Disclaimer: Originally published in August 2018. It is being republished since it still remains an interesting topic till today.
I have to make it clear, this article is neither pro nor anti-caste-based reservation system. This is just about the casteism I have seen personally.
People outside Maharashtra sometimes confuse Marathi-speaking people as a part of one single caste.
Casteism exists, even in a developed city like Mumbai or the so-called socially progressive state of Maharashtra.
Everyone is aware of that but would expect old people who are past their prime to get involved in such things. Sadly, even the youths of the country are getting involved in it.
Though casteism in Mumbai is not conspicuous, it still exists. People ask you your last name to make out what caste you belong to. If they are not able to figure it out they just ask you directly.
Preferences change, groups are formed, name calling and missed opportunities are the forms of casteism you get to see.
Like casual racism, casual casteism also exists. A shabbily dressed guy or a bad thing is referred to often as ‘bhangi’ or ‘bhangar’ which is the name of the caste of the previously untouchable tribe.
‘Ghati’ is a derogatory term that is used to refer to Maharashtrians outside Maharashtra and in Maharashtra, it is used to refer to an uncultured person. In reality, it actually means a person who stays in the valley.
Maharashtrian castes are not the only ones derogated. A cheap guy is so nonchalantly called a ‘marwadi’.
These derogatory terms casually become part of our conversations and I personally have used them enough times and feel guilty about it.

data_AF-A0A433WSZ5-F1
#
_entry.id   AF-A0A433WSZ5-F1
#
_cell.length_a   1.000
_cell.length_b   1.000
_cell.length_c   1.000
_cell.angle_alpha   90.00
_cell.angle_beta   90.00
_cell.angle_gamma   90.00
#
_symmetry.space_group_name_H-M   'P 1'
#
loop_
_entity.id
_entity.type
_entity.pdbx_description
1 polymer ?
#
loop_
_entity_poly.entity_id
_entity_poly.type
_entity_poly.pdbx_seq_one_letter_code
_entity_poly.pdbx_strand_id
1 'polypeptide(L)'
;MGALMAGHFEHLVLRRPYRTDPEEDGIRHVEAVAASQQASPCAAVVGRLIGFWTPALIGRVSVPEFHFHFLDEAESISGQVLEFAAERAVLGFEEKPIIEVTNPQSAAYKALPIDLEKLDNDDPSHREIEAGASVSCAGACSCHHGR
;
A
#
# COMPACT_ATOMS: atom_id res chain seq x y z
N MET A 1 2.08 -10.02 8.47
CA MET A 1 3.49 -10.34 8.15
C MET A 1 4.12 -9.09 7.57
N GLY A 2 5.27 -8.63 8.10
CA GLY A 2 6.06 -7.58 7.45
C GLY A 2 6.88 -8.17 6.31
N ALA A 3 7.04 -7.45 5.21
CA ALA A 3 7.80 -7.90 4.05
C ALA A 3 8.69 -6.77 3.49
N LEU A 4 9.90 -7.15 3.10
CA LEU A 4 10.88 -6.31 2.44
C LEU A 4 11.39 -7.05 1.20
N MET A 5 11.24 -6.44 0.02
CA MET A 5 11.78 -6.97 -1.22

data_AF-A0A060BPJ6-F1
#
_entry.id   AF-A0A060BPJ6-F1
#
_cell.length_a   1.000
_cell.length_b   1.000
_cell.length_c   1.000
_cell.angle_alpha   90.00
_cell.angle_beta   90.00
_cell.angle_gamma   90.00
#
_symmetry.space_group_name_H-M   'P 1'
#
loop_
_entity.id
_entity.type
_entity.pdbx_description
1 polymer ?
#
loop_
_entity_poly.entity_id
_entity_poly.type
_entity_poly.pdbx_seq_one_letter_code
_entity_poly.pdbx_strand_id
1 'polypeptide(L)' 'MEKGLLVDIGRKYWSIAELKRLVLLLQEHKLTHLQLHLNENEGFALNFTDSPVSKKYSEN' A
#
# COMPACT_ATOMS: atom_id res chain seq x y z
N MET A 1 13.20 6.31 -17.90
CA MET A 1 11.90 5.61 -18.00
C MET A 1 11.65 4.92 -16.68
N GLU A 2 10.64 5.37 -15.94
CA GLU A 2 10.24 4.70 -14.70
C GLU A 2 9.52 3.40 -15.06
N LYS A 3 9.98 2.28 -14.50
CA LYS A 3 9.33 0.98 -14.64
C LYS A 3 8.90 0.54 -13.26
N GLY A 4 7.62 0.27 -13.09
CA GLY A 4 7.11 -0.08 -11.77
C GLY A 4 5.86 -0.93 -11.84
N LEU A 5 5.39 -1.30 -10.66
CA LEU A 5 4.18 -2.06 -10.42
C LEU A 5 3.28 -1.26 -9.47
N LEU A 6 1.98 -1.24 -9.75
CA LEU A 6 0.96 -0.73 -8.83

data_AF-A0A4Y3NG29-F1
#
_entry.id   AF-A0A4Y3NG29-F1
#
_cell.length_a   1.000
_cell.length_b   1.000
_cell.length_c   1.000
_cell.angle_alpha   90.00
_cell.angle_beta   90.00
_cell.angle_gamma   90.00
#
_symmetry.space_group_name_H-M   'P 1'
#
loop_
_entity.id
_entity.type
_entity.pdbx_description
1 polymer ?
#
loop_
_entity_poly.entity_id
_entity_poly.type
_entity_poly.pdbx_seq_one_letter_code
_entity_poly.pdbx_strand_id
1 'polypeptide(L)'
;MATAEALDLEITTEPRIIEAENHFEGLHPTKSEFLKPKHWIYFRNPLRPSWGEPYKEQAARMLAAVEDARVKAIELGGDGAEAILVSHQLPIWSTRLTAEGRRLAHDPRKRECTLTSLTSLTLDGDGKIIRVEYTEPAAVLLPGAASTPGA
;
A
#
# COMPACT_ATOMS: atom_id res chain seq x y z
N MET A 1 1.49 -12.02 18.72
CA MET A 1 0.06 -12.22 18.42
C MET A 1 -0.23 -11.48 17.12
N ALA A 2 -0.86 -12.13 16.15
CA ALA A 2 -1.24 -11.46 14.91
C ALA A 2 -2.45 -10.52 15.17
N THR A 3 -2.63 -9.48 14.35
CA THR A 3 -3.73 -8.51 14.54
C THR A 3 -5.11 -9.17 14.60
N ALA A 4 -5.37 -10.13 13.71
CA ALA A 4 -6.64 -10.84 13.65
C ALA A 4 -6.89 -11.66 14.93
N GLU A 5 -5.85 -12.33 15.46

There might be even more terms that are disparaging and are part of our conversations and we are not even aware of them.
There are some references we make that we did not even know were offensive to some people but still are part of our conversation. There are more than 400 castes and 90 tribes in Maharashtra itself so it can happen.
I don’t want to blame our elders but it is obvious that we inherited these connotations. I have heard people around me use the word ‘marwadi’ so often that it was bound to be a part of my lingo too.
But sadly, it’s not all casual. I have personally seen people making comments and snide remarks onto each other on the basis of caste. I have seen both groups feeling entitled because of their caste. And these are the same kids I go to college with.
They assume the worst of someone on the basis of their caste. Even if it is just one person who is starting it, I have seen kids in college never failing to join in.
It is wrong for me to be a bystander while all this happens but getting involved would only give it a bigger reaction and there is also the fear of getting lynched.
Caste & Politics:
It is a known fact that politicians use caste based calculation while planning their strategies and that affects our lives directly. When a violent protest breaks out on the grounds of caste, politicians do not do anything about it and everyone has to face inconvenience.
What is sad about it is the youth getting involved in all this. We took on Twitter and other social media to denounce it but all we did was gave it a reaction.
We have to realize that this is your typical uncle protesting. If you tell him he is wrong, he will go out of his way to prove why he is right. They are just using it as a political tool.
Everybody wants casteism to end. Ours is the generation that can finally put a stop to it. We do not need to indulge in any forms of casteism or give it any reaction.
With a little bit of knowledge and a change in perspective, we can finally end it.
Image Credits: Google Images